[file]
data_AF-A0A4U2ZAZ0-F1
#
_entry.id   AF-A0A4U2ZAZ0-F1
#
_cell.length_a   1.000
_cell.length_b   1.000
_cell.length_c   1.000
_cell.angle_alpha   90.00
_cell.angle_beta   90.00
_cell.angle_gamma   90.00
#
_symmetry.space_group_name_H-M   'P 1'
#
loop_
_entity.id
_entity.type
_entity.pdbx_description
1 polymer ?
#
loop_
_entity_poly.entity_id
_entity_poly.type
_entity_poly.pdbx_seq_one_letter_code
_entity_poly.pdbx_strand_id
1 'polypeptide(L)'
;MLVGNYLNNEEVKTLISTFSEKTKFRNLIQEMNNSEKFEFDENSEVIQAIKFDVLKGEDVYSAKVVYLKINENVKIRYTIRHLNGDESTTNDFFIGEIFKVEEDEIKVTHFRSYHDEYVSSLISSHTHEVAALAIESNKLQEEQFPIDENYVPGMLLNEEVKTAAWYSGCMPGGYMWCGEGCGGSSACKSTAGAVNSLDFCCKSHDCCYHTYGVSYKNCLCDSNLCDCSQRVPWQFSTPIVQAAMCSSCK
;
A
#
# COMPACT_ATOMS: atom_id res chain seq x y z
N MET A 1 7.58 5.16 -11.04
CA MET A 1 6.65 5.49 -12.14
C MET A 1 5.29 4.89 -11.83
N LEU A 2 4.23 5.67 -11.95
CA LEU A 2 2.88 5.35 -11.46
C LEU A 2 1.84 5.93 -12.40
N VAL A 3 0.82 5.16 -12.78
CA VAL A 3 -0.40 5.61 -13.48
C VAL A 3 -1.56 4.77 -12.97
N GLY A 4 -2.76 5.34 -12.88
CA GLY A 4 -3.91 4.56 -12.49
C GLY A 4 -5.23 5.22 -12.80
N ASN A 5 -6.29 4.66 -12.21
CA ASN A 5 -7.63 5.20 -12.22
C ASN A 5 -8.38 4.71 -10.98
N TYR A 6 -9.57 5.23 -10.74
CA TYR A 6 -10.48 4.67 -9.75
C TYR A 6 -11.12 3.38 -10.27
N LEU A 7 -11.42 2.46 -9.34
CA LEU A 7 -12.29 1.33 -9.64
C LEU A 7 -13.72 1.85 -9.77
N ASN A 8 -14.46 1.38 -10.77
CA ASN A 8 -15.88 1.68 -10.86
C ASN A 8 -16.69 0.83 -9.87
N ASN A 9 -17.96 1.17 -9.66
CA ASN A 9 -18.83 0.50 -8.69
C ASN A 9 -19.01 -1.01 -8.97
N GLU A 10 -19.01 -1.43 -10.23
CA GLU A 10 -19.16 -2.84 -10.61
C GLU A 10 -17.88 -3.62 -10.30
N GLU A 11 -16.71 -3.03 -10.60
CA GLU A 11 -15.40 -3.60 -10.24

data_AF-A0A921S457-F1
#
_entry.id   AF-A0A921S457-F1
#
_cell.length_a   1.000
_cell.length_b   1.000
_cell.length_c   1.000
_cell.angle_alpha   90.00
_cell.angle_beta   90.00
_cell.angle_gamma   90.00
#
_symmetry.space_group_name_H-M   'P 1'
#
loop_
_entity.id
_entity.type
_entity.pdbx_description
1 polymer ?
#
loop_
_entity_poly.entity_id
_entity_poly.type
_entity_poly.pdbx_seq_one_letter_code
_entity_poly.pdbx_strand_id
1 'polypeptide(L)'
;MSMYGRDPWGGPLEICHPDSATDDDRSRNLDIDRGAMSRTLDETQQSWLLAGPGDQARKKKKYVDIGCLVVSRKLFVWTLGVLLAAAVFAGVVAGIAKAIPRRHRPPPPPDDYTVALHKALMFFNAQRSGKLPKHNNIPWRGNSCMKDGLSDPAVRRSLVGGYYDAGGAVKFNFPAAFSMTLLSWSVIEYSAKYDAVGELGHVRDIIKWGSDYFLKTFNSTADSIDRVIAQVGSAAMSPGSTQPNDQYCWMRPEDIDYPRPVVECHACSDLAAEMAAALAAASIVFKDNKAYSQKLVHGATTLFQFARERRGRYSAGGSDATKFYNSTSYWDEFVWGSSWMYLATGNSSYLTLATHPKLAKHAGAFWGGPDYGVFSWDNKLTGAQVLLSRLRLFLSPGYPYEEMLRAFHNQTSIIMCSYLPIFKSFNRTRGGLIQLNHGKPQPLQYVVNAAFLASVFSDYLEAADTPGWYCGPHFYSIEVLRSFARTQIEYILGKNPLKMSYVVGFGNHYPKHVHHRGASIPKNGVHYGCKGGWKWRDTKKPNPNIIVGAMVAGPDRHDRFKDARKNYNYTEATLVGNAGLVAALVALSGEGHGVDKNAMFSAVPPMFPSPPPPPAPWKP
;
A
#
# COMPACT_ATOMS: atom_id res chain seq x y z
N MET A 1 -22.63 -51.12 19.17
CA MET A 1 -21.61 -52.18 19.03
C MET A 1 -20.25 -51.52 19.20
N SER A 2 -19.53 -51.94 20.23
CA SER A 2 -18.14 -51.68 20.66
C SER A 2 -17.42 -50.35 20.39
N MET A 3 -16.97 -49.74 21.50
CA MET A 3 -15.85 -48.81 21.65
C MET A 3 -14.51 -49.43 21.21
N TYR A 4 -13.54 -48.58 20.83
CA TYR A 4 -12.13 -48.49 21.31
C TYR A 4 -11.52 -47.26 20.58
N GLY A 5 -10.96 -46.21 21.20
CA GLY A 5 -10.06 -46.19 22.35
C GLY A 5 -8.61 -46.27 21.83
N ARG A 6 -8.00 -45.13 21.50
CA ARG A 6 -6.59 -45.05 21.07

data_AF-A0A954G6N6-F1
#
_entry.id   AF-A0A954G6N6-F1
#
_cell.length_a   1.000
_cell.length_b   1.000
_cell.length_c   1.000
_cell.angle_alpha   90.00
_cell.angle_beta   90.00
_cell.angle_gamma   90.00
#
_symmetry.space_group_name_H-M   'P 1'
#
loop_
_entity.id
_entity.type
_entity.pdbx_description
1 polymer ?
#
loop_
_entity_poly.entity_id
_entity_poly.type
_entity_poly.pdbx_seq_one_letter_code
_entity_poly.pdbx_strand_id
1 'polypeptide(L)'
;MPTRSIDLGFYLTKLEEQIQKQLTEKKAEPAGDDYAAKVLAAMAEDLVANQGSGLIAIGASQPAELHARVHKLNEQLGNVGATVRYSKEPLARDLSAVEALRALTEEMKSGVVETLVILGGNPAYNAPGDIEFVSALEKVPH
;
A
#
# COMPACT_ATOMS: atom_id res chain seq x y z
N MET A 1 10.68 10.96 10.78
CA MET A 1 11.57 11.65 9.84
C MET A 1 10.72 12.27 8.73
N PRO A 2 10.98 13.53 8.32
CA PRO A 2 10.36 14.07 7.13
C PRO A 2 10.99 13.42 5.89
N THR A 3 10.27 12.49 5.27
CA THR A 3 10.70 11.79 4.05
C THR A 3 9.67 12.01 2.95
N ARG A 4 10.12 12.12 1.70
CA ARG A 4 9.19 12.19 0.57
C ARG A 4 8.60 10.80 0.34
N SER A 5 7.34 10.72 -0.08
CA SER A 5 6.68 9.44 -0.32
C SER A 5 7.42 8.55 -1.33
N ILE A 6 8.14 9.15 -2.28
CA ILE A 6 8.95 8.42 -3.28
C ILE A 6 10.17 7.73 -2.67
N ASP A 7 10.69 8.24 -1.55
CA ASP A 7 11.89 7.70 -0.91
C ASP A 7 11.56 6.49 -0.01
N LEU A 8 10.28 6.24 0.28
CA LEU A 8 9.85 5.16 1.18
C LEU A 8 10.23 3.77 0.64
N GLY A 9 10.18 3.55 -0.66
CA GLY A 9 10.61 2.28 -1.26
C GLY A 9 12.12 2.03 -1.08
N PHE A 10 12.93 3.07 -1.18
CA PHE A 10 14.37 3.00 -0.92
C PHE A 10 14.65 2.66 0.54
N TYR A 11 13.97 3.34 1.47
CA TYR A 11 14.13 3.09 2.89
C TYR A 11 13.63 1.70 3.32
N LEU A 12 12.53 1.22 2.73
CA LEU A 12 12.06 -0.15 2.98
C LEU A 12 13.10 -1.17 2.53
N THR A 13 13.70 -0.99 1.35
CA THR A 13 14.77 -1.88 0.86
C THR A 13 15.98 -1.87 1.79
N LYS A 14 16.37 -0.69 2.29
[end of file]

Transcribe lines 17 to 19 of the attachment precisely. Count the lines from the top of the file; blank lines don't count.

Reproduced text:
_entity.pdbx_description
1 polymer ?
#